Occupation at St. Bernard Housing Project

Media coordinator: Soleil Rodrigue / survivorsvillage [at] gmail [dot] com / 504.717.7324
St. Bernard Resident: Stephanie Mingo / vmingo [at] bellsouth [dot] net / 504.529.3171

Occupier: Bork / 202.246.7665


Occupation at St. Bernard Housing Project

New Orleans, LA (January 15, 2007) –Members of Mayday NOLA (maydaydc.mahost.org), a housing rights advocacy group, are currently occupying undisclosed buildings in the St. Bernard Housing Project. Mayday NOLA has committed to stay in the buildings until an agreement that is satisfactory to a board representative of the residents who requested the action is reached with HUD and HANO.

“It is our intention to continue to occupy St. Bernard in protest until the residents are satisfied that their demands have been met. On this we are not negotiable,” says a letter from the occupiers. “Any negotiation must be done with representatives of the public housing residents whose homes are being threatened and who have requested that we undertake this occupation.” The occupation was planned to coincide with a Martin Luther King Jr. Day protest in which public housing residents will go through a fence separating them from their homes, enter their apartments, and begin to rehabilitate them.

“Our homes are livable,” says Sharon Seans Jasper, a St. Bernard resident and organizer. “We will not let the city destroy them.”

“We support the actions of the occupiers and hope that they will help convince HANO and HUD to meet the demands of displaced residents,” says rally organizer Endesha Juakali of Survivors Village. “Mayday NOLA has been willing to take these actions, but it was HUD, HANO, and the Mayor's Office that created the necessity for occupation.”

HANO and HUD plan to demolish over 5000 units of affordable public housing, housing that is desperately needed for families that wish to move back to New Orleans. In a market where rents have increased between 70 and 300 percent since Katrina, inflated rents and the lack of subsidized housing have been a major factor in preventing evacuees from returning to their homes. Finding private landlords that accept housing vouchers is extremely difficult, and finding affordable housing without subsidization is nearly impossible for public housing recipients.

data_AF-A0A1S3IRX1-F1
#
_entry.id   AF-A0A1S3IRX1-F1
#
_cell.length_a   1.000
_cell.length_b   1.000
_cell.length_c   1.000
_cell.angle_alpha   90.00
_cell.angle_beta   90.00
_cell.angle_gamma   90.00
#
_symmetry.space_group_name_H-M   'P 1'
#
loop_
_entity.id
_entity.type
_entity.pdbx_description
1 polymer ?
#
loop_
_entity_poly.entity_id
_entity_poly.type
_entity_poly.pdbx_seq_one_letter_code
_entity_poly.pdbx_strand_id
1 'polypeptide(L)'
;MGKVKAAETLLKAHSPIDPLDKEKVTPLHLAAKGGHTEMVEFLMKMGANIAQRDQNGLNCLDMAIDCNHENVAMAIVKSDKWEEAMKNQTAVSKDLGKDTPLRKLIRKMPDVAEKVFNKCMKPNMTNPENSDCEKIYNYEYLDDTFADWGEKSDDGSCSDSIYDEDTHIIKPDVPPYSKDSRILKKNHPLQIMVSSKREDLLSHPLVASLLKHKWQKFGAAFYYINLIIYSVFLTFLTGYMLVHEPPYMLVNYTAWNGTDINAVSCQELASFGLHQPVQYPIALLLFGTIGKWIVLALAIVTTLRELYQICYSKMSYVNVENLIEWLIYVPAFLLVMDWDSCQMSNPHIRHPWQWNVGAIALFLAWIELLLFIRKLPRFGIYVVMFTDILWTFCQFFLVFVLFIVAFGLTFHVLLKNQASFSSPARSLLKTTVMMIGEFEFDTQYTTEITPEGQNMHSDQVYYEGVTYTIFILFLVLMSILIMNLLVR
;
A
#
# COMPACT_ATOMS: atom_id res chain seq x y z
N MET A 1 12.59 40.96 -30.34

HUD’s own cost analysis reveals that their plan to demolish and rebuild will waste taxpayers’ money. A recent motion for summary judgment filed in a current suit to reopen the development (available at: justiceforneworleans.org) cites HUD documents that show the demolition and redevelopment of public housing “will end up costing over $175 million more than extensively modernizing the developments, and upwards of $450 million more than simply repairing them would cost.” The motion also argues that the demolitions have racial implications. “Prior to Katrina over 5,100 African-American families lived in New Orleans’ public housing. Nearly 14 months later, only approximately 1,000 have been allowed to return. HANO’s actions clearly have disproportionately harmed African-Americans and have lead to the overall decline in the city’s African American population since Katrina.”

This action is timed to honor Martin Luther King Jr. who said “Nonviolent direct action seeks to create such a crisis and foster such a tension that a community which has constantly refused to negotiate is forced to confront the issue. It seeks so to dramatize the issue that it can no longer be ignored.”